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MAXIGAS nitrogen generation system from Parker domnick hunter

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article image MAXIGAS on-site nitrogen generator

On-site nitrogen generation offers manufacturers and metal processors many advantages. It is particularly suitable for processes requiring consistent supplies of the inert gas, including carburising and carbonitriding, tempering and annealing, gas quenching, laser profiling, neutral hardening, galvanising and normalising.

Not only does on-site generation avoid production interruptions as cylinders are changed with associated quality, cylinder handling and potential OHS issues, but also the technology needed to produce it on-site has shrunk in size and complexity over recent years.

Older generators using PSA (Pressure Swing Adsorption) and membrane separation technology were usually large and designed to support big customers with a high demand for nitrogen gas. The latest on-site nitrogen generation technologies, such as the MAXIGAS nitrogen generation system from Parker domnick hunter , are compact, cost efficient and suitable for smaller manufactures and metal processors.

These generators use carbon molecular sieve pressure swing (PSA) for optimum purity and reliability of supply of commonly used nitrogen. This technology can be set to supply nitrogen from 97% to 10 parts per million (99.999%) and incorporates a self-regeneration feature to minimise maintenance.

Being introduced to Australia as part of a global launch by Parker domnick hunter, MAXIGAS generators are a proven technology, having been used in more than 10,000 installations worldwide. The latest MAXIGAS units are constructed in pairs of extruded aluminium columns filled with carbon molecular sieve (CMS) material.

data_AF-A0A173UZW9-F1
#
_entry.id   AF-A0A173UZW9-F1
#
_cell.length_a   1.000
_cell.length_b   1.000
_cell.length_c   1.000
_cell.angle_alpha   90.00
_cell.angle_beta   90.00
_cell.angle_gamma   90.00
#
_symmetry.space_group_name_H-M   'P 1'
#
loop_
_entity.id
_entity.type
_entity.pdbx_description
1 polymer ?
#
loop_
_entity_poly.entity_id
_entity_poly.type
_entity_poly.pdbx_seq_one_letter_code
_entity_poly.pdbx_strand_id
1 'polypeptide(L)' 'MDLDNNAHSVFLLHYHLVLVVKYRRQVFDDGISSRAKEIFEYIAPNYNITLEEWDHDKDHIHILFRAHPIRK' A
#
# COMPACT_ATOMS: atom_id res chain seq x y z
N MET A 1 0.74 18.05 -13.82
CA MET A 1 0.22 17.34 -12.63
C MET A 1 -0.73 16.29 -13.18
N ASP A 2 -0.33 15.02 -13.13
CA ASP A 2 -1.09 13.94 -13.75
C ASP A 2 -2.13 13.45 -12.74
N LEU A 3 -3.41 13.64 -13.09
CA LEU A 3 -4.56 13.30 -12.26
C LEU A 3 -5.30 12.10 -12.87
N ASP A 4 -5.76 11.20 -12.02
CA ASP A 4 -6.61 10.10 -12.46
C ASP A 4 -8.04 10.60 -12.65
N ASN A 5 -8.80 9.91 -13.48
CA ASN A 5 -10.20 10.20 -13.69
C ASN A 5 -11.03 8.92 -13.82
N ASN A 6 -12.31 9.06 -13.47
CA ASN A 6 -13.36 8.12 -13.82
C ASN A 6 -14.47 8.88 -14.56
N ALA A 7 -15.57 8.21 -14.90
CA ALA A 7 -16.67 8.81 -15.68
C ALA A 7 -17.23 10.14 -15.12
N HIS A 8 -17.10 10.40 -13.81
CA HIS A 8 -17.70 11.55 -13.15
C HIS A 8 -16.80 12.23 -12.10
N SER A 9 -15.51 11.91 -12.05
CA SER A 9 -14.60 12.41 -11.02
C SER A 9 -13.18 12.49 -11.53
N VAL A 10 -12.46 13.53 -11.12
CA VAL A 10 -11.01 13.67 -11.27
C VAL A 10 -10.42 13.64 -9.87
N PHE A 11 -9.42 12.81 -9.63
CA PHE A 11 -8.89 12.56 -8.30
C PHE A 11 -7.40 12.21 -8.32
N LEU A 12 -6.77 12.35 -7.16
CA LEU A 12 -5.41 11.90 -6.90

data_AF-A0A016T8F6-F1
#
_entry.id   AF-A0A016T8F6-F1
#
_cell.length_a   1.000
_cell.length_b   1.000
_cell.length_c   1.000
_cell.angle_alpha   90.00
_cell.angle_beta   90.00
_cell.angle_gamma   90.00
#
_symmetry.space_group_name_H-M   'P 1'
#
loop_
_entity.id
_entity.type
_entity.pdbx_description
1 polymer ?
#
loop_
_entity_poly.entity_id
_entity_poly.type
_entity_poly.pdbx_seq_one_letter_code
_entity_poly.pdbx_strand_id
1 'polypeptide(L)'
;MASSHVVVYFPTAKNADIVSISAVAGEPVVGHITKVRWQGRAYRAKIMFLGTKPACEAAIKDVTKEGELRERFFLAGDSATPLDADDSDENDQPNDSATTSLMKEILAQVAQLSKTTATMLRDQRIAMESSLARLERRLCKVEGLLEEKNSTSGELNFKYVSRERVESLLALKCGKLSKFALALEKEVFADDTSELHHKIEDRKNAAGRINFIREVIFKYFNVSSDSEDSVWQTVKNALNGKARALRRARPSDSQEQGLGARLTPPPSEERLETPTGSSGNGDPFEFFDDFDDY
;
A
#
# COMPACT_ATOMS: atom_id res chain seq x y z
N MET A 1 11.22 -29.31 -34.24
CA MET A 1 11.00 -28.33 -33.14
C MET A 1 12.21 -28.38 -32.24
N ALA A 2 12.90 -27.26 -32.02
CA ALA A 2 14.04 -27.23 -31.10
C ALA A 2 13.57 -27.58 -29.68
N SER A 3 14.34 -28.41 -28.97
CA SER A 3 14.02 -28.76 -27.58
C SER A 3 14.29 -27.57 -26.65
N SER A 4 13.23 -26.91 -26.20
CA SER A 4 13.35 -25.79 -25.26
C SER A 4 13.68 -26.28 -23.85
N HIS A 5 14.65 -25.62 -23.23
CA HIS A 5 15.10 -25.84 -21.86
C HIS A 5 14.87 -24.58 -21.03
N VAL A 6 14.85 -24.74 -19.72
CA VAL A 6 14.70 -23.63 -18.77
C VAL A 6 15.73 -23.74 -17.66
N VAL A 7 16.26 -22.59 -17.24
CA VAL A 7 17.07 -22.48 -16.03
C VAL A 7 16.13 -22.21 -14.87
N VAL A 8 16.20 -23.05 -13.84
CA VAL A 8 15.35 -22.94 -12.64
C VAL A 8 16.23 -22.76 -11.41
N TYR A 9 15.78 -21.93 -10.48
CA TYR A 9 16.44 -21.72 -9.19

Operating on the pressure swing adsorption principle (PSA), the two columns function alternately, with one side producing gas while the other regenerates itself. The side of the unit being pressurised by compressed air produces a continuous stream of nitrogen, which passes through the CMS while oxygen and other trace cases are adsorbed by it.

The carbon molecular sieve differs from ordinary activated carbons in that it has a much narrower range of pore openings. This allows smaller molecules such as oxygen to penetrate the pores and be separated from the air stream. The larger molecules of nitrogen bypass the CMS and emerge as high purity gas. Purities are determined by the velocity at which the air passes through the CMS columns.

At a pre-set time, before the online bed is saturated with adsorbed gases, the system switches to regenerative mode, venting the contaminants from the CMS. As this happens, the second CMS bed comes online and takes over the separation process to ensure uninterrupted nitrogen production. An in-built oxygen analyser with alarm function ensures only gas of the required purity is delivered to the storage vessel.

Parker domnick hunter MAXIGAS nitrogen generator packages produce a continuous supply of nitrogen gas from compressed air. After the equipment payback period, this eliminates a large part of the cost of gas supplies. Environmentally responsible manufacturers also appreciate the fact that producing their own supply of nitrogen on site eliminates the need for continuous cylinder deliveries by road transport.

Diverse applications for on site MAXIGAS nitrogen generators range from Modified Atmosphere Packaging (MAP) of foods to preserve their freshness, through to wine and beverage sparging, tyre inflation, lasers, void formation in plastics production, metals treatment, wire production and wave soldering. 

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